The Leica M Monochrom is a digital camera in Leica Camera AG's rangefinder M series, and features a monochromesensor. The camera was announced on May 10, 2012 and is the world's first full-frame monochrome digital camera. Delivery started September 2012 in black finish only. A Leica M Monochrom in Silver was announced May 22, 2014.
The nickname for the camera through design and development at Leica Camera AG was "Henri" as a tribute to Henri Cartier-Bresson but at introduction, Leica Camera AG decided on the name Leica M Monochrom.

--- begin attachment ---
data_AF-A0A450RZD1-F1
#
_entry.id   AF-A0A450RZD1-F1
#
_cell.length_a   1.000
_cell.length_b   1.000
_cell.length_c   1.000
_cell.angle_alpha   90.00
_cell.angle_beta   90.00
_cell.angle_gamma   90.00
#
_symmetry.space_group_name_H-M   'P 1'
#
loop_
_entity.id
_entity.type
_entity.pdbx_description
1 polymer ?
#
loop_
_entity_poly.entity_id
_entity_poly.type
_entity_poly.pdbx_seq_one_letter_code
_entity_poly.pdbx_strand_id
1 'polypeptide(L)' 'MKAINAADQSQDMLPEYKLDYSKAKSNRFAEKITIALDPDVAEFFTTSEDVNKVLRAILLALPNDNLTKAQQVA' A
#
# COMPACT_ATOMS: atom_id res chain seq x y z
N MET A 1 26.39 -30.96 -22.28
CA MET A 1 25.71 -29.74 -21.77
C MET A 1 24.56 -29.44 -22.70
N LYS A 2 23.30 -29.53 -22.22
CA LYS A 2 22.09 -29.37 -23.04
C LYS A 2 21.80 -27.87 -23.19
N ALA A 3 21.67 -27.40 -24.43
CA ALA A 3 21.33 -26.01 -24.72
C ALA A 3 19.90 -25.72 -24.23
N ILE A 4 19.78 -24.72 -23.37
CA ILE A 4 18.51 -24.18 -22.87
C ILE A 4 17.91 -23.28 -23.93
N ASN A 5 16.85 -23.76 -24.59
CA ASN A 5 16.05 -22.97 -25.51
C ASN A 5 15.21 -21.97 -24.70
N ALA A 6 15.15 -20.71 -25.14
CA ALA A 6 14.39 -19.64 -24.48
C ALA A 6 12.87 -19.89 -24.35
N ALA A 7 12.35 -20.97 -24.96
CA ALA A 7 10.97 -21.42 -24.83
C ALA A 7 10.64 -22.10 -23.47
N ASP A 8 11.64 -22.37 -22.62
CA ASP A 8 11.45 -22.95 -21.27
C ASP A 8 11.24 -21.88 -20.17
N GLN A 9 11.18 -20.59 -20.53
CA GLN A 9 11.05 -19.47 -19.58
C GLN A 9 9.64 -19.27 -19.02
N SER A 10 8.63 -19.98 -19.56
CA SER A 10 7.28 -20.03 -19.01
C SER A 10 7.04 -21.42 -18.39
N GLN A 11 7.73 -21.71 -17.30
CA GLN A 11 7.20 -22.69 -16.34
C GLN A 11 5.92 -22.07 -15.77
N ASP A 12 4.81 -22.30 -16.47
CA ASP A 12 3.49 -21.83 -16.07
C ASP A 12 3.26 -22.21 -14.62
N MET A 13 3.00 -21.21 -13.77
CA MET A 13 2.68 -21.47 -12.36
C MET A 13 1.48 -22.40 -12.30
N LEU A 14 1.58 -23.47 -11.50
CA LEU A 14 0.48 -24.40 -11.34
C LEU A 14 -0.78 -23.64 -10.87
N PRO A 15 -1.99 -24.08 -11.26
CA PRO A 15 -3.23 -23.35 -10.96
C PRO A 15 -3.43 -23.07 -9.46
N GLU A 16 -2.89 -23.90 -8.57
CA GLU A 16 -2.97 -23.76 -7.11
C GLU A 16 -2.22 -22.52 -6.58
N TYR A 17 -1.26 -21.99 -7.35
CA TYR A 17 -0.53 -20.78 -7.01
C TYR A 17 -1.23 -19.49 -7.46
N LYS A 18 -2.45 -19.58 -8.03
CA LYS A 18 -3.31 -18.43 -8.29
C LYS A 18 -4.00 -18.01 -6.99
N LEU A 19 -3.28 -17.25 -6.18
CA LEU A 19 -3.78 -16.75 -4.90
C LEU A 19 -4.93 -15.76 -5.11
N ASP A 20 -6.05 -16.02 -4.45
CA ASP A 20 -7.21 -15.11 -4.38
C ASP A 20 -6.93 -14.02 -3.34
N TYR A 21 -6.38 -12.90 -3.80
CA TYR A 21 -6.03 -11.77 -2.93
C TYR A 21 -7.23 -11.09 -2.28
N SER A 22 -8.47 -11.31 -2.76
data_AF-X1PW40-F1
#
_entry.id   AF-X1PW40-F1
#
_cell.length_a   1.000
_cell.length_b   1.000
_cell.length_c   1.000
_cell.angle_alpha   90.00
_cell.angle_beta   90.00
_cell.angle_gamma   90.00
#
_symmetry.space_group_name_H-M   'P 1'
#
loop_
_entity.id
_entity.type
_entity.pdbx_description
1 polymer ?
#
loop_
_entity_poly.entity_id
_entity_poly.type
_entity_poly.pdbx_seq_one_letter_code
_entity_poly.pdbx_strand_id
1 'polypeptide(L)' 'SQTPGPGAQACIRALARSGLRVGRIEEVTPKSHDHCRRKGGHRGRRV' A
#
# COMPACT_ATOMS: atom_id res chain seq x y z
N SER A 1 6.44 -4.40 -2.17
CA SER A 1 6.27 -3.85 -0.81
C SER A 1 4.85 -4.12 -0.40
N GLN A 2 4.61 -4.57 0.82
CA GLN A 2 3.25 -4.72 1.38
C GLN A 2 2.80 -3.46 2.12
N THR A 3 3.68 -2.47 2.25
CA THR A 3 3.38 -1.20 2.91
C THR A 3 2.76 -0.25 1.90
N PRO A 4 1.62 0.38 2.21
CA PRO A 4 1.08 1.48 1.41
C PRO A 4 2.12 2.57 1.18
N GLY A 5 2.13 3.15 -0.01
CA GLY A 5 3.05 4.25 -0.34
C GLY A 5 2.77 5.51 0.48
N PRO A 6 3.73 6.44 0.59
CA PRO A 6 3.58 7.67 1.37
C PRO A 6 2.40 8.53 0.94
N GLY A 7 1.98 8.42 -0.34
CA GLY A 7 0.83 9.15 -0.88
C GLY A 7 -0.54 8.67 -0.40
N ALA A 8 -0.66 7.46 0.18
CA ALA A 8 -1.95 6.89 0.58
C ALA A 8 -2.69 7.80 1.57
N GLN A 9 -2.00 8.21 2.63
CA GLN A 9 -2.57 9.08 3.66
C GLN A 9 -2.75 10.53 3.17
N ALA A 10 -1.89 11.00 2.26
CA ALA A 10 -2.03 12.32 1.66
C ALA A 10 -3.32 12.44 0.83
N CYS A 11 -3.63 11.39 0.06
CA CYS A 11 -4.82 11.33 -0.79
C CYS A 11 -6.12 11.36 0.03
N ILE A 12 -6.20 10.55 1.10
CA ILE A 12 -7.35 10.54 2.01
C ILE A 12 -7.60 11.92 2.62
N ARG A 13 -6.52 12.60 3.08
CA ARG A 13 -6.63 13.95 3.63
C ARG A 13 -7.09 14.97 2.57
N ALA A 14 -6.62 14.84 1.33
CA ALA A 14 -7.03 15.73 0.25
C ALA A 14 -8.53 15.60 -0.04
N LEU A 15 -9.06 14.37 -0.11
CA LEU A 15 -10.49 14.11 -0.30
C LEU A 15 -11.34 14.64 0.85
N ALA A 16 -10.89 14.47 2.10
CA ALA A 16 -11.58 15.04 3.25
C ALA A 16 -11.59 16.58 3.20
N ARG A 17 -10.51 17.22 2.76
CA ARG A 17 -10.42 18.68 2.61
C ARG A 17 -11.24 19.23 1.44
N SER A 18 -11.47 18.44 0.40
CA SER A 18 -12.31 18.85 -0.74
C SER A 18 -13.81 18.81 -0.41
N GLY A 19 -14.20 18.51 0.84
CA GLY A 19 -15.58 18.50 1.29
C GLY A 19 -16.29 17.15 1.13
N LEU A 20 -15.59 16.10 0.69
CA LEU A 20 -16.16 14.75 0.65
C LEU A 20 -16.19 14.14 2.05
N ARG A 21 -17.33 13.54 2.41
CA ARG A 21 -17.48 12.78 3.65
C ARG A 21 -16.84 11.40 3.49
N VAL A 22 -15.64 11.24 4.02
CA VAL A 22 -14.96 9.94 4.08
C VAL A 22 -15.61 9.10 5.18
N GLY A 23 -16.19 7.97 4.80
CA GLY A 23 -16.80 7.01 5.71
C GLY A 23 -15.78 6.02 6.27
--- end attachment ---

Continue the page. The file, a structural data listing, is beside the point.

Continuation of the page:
The camera is based on the same Kodak CCD sensor as the Leica M9 but without the color filter array. This makes the sensor one stop faster and the base ISO of the sensor is 320 ISO instead of the 160 ISO of the Leica M9. The body of the Leica M Monochrom is likewise based on the Leica M9 with few changes of the metals, leather and paint used.
Leica claim that the camera delivers 100% sharper images than monochrome images derived from a camera with a color sensor (of comparable megapixels). The camera is able to alter the captured image to apply three toning effects (called sepia, cold, and selenium).
The achieved sharpness is due to the lack of a color filter array, thus avoiding the process of demosaicing by capturing the true luminance value of each photosensor. The removal of the color filter array also means that no incoming light is filtered, making the sensor more light sensitive, which explains the high native ISO of 320.